Innovativeness is the key while creativity is easier to teach

If innovativeness is important for your business, your financial results would be better if you train creativity (to your upper and middle level management and experts, and almost NEVER to anybody else) and do not train innovativeness. Why so? Because innovativeness is difficult to train while creativity trainigs are easy, effective and increase innovativeness better than if you would try to teach innovativeness at the first place. You do not believe me?

I have a little theory for you: creativity is at its top when you are 10 to 30 years old, before that imagination is on its top, and after that innovativeness is at its top. It goes like a wave – the same energy in different forms, see the picture below. And, of course, the wave often gets weaker and weaker due to various reasons in life. Thus when you are 40, it is not unlikely that your creativity skills are already weak while innovativeness might be still good. The problem is that innovativeness goes down pretty fast if creativity skills weaken. Of course, I am exaggerating and generalizing beyond any limits, but try to see my approach here.


Let’s go through the main notions, to check if we are on the same page:

Imagination here has no goal outside of its own, no purpose and not even much to measure. Pure fun, wildly pointless (as pointless as life :). Creativity is a skill related to generating applicable ideas/solutions and choosing the best ones for a situation where no (best) solution was apparent – it may be called “applied imagination” to some extent. Innovativeness is about picking up promising idea and making it a financially viable and sustainable reality – it is than “applied creativity”. Sustainable profit and focus on business-how-it-was-always-ran is a later stage (something around 45 to 100 years old high level management) and it is “applied innovativeness”, meaning applied business ideas and methods which ones were new.

To teach imagination to 5-10 years old kids is almost as stupid, as to teach fish how to swim, isn’t it? By the same logic, it is almost pointless to teach creativity to 10-25 years old, right? Wrong. It makes sense, as creativity includes not only get-new-ideas skills but also choose-the-best-ones skills. And even in the first part we need to counteract (correcting the damage made by) schools and higher education institutions in that. The second part (to choose) is calling for teaching even more.

An important thing here is that, from almost any potential employer’s point of view, creativity as a skill is useless in this age – it is even additional pain in the rear, as most of the young employees are expected to learn the establish procedures and to follow them. They know very little of how the things are actually run (so, why bother asking for their opinion? :)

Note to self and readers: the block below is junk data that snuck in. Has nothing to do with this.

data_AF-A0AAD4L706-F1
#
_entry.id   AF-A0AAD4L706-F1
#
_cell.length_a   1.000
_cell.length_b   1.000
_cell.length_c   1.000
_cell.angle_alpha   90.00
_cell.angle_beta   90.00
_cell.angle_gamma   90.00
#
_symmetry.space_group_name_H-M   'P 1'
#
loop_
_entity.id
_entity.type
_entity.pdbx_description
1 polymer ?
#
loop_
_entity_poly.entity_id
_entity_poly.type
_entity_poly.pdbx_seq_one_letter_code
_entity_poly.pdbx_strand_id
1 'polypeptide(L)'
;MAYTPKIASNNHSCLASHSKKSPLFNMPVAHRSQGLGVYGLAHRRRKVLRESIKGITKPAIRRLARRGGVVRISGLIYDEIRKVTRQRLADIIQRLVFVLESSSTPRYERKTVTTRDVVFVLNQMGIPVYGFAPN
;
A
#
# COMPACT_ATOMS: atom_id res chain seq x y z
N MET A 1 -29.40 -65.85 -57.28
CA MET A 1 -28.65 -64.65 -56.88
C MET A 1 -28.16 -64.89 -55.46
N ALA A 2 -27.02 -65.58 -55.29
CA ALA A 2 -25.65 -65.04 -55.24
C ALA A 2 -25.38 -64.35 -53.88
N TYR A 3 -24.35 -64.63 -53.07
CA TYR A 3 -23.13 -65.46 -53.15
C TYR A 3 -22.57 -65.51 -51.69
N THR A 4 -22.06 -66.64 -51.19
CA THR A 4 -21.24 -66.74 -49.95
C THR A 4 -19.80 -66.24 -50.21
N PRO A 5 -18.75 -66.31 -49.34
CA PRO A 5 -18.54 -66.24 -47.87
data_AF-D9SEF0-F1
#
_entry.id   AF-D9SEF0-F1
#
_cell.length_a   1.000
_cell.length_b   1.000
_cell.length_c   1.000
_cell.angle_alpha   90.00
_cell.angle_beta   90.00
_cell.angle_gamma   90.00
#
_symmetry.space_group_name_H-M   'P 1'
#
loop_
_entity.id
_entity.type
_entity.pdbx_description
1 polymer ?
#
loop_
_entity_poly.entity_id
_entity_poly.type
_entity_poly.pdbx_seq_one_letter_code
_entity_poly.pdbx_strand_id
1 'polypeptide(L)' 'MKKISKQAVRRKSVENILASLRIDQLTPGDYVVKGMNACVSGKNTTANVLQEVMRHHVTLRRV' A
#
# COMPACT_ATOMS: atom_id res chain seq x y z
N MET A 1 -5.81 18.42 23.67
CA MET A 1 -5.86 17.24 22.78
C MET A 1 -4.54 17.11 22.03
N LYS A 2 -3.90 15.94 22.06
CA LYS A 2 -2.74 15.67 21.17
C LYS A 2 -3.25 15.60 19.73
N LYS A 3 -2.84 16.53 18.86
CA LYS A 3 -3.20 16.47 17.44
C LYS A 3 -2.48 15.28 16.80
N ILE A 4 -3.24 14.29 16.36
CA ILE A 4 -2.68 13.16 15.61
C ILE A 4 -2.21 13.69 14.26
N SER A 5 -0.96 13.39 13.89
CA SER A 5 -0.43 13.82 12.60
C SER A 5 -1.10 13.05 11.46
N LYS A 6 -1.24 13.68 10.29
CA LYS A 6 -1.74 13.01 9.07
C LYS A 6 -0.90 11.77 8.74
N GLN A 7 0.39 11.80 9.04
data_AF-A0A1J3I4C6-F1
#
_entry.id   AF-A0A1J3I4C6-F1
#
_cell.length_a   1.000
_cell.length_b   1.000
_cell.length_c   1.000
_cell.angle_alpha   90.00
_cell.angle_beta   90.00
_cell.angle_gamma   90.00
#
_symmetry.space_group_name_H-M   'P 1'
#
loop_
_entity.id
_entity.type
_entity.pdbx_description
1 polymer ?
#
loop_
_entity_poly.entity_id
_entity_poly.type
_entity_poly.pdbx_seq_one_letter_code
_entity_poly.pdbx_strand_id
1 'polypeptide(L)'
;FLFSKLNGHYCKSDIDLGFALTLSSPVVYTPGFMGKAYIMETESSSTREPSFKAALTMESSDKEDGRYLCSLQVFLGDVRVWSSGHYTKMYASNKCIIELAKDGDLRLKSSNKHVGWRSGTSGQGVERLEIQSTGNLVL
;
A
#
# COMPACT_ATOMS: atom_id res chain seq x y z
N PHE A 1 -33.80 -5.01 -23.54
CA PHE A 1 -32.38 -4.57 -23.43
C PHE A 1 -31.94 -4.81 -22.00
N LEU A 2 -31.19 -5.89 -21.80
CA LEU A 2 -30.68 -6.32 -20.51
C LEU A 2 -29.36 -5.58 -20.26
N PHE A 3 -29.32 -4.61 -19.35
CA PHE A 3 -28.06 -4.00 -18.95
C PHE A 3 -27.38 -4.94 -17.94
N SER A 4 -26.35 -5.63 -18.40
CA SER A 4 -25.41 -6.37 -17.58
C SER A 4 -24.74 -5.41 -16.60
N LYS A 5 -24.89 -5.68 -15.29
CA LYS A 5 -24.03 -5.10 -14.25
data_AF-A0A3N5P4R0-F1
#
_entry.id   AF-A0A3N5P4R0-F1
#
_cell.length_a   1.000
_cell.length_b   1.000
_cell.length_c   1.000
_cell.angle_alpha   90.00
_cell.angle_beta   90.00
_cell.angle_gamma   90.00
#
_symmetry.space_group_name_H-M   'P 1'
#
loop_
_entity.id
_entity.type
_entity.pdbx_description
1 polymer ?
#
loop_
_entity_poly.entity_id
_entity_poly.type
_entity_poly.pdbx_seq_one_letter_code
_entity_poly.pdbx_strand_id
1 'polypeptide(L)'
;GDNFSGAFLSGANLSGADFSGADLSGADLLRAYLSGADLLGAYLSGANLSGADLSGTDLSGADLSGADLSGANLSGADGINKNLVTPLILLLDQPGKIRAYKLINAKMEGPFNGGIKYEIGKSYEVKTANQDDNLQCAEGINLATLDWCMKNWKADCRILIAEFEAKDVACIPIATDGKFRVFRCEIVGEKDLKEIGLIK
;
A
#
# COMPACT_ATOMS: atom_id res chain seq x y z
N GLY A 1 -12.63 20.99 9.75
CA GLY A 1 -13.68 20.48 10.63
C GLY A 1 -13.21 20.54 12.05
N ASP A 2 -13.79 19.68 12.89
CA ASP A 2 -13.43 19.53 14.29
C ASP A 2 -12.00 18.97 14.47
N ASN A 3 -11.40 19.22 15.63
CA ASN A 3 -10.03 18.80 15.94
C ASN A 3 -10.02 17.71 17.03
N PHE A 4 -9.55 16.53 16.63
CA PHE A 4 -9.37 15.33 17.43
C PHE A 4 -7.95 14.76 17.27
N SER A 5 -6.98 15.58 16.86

Once again: it is a very understandable position of (an) employer who says: “If I teach creativity to my lower level personnel, I create problems for myself where there were none…”

When you are about 30 to 45, your creative energy (what is left from it) is likely to take form of innovativeness: you spend your time on ideas which have future. And those ideas are (expected to be) the ones which drive the immediate economic growth. Once again: creativity is almost useless for a “real business”, while innovativeness is immensely important. Would it mean there is no point teaching creativity? On the contrary!

Your financial result will be the best if you teach creativity to your upper and middle level management:

  1. Your middle level management (some 25 to 40 years old on average) is still capable of learning new things (perceptive about new things, not blocking new skills by an overgrown ego).
  2. It is far easier to teach creativity compared to innovativeness – it brings faster and better results on the level of middle managers and key experts. Middle level management is often better-than-average in innovativeness at the first place – so creativity trainings would set a good basis under already present innovativeness, supporting it and nourishing it.
  3. It is important to put your upper level management through those trainings as well – not to teach anything really but to set an atmosphere of acceptance for new ideas.
  4. By the same reason it is important to involve most (at best all) your upper and middle level personnel into it. The atmosphere is your tool to get results way after the training program is over.
  5. At best, it is important to repeat the trainings once in a while.

There might be exceptions: you may like the idea of getting your lower level personnel through the trainings, or some parts of the most critical business units – it depends e.g. a bit on the existing managerial style and a lot on the nature of the business. So, do not hesitate to ask for more details,, I’ll be glad to discuss it further.

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